You're certainly not the only one for sure.  The new format is a pain for me to navigate through - I much prefer the old condensed form.  In my view there is too much wasted space and having to scrol... See more...
You're certainly not the only one for sure.  The new format is a pain for me to navigate through - I much prefer the old condensed form.  In my view there is too much wasted space and having to scroll down (at least on my laptop screen) to see the share portfolio splits is simply a waste of time. I feel like I have to continually scroll up and down.  Reccon SFM actually reads and takes note of these comments?
What makes you say that?

From the blog

 
Slide2.JPG
As investors, we’re all intent on growing our wealth and net worth through our investing. Our aim, when investing, is ultimately to afford a better quality of l...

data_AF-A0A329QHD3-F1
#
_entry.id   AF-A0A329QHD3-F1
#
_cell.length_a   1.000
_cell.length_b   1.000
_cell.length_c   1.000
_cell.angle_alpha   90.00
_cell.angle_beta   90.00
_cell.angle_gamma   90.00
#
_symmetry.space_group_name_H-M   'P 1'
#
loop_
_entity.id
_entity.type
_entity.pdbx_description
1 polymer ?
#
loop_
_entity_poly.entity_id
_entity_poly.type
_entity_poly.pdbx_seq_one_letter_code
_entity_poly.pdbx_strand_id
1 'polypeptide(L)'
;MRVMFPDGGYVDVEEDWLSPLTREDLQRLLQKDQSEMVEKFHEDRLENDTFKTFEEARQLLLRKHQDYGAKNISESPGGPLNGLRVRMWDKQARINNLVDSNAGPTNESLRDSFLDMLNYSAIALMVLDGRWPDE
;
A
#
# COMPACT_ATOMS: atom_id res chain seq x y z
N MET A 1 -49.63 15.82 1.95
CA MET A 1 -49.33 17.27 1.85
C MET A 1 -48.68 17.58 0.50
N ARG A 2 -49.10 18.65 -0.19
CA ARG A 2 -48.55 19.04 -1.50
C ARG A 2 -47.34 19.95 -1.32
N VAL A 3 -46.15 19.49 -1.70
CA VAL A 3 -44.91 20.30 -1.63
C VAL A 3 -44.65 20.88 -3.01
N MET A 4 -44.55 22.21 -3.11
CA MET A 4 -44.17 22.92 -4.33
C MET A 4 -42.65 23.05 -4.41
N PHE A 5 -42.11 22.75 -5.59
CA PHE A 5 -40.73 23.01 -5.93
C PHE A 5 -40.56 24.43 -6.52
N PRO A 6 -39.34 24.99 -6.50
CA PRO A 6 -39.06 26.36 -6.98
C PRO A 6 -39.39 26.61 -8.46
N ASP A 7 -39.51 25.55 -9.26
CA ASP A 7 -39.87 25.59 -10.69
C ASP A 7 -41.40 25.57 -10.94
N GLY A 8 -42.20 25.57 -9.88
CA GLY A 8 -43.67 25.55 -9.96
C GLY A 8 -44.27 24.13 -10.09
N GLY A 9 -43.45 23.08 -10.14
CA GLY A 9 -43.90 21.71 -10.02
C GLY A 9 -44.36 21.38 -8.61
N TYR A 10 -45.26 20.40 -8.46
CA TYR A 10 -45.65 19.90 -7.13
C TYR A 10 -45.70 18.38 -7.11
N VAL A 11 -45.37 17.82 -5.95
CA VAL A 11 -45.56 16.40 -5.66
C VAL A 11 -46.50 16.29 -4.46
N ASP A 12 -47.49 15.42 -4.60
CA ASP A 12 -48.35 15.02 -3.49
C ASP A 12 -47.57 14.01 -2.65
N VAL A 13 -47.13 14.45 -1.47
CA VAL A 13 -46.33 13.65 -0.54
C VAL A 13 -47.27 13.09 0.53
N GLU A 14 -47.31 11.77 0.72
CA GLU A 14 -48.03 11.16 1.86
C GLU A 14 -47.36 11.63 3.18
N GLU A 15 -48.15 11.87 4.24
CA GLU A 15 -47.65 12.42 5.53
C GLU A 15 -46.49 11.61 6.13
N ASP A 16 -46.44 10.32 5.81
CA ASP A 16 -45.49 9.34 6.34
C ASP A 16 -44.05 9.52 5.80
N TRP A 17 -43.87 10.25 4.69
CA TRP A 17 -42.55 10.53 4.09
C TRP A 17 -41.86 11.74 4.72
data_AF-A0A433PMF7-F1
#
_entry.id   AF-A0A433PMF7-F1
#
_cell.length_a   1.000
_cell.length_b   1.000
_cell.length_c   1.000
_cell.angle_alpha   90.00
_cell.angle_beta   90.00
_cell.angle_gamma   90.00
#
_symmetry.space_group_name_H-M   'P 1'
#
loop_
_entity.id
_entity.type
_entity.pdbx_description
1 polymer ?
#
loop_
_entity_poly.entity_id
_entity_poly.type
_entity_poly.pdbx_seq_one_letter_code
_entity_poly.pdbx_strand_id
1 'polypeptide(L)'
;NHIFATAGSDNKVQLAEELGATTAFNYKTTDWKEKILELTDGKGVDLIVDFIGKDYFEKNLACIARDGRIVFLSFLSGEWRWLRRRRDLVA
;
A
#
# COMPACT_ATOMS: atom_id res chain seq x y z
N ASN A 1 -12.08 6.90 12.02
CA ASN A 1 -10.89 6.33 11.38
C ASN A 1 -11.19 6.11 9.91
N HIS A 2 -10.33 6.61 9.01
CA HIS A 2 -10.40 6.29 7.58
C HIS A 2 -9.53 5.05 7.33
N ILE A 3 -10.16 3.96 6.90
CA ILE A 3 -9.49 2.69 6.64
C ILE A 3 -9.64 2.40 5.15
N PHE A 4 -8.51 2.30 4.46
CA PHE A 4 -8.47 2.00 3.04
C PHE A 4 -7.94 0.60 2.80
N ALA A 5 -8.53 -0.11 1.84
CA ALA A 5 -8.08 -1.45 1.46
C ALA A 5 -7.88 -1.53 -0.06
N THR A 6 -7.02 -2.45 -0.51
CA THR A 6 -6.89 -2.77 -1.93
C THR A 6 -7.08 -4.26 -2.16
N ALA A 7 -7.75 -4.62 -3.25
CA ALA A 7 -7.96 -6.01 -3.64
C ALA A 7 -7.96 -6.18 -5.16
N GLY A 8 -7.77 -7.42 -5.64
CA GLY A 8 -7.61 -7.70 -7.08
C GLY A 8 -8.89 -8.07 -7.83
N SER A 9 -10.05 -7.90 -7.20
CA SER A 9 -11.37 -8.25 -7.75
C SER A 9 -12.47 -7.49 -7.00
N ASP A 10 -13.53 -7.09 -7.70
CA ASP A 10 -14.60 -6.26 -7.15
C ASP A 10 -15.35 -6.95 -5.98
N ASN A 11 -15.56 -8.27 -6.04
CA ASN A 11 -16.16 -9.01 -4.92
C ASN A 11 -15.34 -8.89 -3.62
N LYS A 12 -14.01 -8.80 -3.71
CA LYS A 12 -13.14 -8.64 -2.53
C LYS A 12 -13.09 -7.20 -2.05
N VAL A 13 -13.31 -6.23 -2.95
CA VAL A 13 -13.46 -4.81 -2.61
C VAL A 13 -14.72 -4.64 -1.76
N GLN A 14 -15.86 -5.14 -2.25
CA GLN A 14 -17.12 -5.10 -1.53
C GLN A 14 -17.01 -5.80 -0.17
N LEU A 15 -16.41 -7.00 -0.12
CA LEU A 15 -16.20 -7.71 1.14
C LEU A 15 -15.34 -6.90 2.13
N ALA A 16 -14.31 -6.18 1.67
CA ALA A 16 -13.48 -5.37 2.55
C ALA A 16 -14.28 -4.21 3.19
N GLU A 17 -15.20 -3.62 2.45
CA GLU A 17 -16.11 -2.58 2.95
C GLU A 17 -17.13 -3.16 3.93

0
0
Posted by
Strategy2.jpg
The new year is often a great time to rethink our goals. We often set all kinds of ambitious targets, fueled by the enthusiasm that comes with turning over a ne...
0
0
Posted by
TFIA webinar.jpg
In this presentation Simon Brown, founder of Just One Lap, covers the basics of tax-free investing and Exchange Traded Funds (ETFs). He also looks at the most e...
0
0
Posted by
Slide1.JPG
In this month's podcast, we discuss the global landscape now that Boris Johnson is in power, and the impact this may have on South African investors. We also di...
0
0
Posted by
More articles